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    The book objectively revisits the widely discussed issues pertaining to colonialism, post-colonialism, literary criticism and aestheties in India and not only critiques their constructs but also comes up with alternative constructs in the backdrop of Indian realities as manifested in creative and critical terms.

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    Revisiting Literature, Criticism and Aesthetics in India by: Avadhesh Kumar Singh 1,400.00 1,260.00

    The declining decades of the 20th century witnessed discussion of various issues pertaining to colonialism, postcolonialism, literary criticism and aesthetics in India. The present book in its four parts “Word, World and Perception”, “Colonialism and After”, “Literature and Theorizing in India”, and “Criticism and India” deals with them and ancillary issues; and in the process of revisiting them not only critiques their constructs but also proposes alternative constructs in the context of Indian realities and their manifestations in creative and critical terms.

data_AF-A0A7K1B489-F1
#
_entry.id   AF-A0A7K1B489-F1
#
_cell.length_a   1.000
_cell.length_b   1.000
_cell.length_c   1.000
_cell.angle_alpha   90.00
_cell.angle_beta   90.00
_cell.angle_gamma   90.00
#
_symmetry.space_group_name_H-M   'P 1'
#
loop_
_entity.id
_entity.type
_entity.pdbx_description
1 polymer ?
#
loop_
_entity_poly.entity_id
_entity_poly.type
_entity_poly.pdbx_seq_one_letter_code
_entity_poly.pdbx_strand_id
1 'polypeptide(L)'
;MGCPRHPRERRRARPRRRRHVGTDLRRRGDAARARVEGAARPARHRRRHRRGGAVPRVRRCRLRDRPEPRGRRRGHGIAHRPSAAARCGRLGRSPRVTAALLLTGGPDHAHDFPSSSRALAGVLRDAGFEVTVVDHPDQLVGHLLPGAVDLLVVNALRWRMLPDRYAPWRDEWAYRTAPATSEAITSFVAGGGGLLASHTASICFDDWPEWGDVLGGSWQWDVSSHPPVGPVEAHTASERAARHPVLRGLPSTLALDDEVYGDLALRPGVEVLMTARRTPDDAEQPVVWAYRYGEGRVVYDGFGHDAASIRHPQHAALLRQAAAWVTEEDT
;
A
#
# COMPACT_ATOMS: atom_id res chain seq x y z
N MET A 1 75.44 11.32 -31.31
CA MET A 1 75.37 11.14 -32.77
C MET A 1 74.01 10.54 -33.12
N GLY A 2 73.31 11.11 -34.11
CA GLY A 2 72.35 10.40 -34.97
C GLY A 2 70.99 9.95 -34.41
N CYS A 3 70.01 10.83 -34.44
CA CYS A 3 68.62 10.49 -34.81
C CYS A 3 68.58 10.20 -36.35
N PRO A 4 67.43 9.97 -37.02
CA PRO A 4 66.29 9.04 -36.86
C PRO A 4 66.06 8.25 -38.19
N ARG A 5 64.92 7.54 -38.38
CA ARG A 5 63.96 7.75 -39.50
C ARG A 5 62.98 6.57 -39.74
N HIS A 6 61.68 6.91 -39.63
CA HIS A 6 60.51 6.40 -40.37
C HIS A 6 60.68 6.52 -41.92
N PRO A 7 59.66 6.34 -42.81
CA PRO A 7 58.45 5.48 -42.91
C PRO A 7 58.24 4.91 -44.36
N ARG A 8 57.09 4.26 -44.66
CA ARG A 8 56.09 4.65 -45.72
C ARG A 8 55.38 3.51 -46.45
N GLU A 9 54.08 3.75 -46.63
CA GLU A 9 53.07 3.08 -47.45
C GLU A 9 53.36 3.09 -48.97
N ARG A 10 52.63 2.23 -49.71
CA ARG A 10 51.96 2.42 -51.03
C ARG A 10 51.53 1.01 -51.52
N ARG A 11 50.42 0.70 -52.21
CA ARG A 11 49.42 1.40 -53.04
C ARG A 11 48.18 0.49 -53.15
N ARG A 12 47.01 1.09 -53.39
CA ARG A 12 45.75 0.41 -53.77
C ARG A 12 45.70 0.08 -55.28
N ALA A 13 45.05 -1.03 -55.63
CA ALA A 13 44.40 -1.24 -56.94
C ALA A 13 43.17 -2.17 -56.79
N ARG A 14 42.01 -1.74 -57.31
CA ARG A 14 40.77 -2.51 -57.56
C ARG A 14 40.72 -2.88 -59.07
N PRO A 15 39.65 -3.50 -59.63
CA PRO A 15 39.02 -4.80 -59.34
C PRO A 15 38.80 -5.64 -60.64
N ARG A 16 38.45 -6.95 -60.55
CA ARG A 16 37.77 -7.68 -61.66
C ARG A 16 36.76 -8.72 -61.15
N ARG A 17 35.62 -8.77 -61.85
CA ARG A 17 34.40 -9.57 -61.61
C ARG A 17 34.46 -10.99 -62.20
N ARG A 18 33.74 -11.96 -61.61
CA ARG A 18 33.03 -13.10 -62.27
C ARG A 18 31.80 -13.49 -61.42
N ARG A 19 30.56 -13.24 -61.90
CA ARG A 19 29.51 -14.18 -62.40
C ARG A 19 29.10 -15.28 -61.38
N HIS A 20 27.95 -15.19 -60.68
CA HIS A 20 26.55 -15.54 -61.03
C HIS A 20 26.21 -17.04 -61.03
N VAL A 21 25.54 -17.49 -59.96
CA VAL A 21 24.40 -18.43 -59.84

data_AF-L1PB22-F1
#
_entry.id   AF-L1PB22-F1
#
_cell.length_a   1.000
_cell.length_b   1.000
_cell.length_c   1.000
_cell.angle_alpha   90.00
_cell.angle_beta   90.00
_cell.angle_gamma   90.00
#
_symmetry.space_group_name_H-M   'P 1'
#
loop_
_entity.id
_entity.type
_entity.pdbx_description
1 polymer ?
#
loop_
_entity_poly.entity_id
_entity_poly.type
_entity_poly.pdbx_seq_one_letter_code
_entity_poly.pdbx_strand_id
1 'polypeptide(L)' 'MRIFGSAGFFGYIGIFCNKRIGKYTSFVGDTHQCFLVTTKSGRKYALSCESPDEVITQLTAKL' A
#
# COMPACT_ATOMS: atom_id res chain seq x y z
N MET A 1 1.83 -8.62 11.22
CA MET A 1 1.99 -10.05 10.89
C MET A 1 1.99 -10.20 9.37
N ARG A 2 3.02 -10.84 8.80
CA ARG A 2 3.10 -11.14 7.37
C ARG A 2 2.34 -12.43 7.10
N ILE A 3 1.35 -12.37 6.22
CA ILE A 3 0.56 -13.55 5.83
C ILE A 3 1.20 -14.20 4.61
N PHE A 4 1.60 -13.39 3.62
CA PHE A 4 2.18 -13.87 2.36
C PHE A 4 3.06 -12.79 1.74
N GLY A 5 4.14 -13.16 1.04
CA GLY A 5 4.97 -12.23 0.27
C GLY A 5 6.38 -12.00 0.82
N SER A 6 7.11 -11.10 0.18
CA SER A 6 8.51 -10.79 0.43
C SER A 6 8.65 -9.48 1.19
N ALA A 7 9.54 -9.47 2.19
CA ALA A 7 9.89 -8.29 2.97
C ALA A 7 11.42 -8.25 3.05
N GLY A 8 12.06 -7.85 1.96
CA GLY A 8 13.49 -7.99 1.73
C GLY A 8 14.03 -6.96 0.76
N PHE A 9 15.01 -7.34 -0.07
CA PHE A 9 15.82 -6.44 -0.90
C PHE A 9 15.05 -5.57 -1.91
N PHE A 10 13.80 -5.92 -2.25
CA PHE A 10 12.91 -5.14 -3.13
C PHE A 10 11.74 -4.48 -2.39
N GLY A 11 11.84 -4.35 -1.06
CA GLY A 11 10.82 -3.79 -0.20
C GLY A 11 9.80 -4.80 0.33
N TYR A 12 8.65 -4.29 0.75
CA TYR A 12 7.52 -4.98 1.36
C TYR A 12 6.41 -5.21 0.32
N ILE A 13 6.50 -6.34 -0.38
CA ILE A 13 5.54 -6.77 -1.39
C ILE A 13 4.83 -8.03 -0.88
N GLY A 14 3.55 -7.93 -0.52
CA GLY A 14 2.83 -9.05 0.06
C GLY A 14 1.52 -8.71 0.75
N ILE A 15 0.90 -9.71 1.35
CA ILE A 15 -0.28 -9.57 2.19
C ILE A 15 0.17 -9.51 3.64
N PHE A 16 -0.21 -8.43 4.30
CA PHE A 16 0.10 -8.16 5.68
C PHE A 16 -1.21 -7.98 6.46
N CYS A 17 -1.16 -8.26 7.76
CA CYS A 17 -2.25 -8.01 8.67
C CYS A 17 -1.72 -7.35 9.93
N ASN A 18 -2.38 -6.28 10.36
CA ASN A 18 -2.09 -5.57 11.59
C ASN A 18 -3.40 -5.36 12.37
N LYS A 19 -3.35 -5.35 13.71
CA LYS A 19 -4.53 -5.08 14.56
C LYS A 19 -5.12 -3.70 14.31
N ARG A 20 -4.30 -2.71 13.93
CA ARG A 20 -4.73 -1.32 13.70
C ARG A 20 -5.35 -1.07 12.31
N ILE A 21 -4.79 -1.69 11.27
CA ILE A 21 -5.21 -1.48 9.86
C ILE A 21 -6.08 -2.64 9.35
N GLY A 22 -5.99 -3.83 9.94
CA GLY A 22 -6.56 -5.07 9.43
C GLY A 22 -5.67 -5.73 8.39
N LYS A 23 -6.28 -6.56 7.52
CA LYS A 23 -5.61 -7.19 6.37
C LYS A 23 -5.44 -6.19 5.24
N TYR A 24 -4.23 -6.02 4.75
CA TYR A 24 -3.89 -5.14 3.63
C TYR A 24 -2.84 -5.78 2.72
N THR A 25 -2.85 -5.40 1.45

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    It looks into specific cultural formation of Teyyam. It re-frames and interprets various myths of mother-goddesses and hero-deities by situating them in the historical conditions in which they originated and explores from a sociological perspective how the ritual functions as ideology.

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    Ritual as Ideology by: T.V. Chandran 650.00 585.00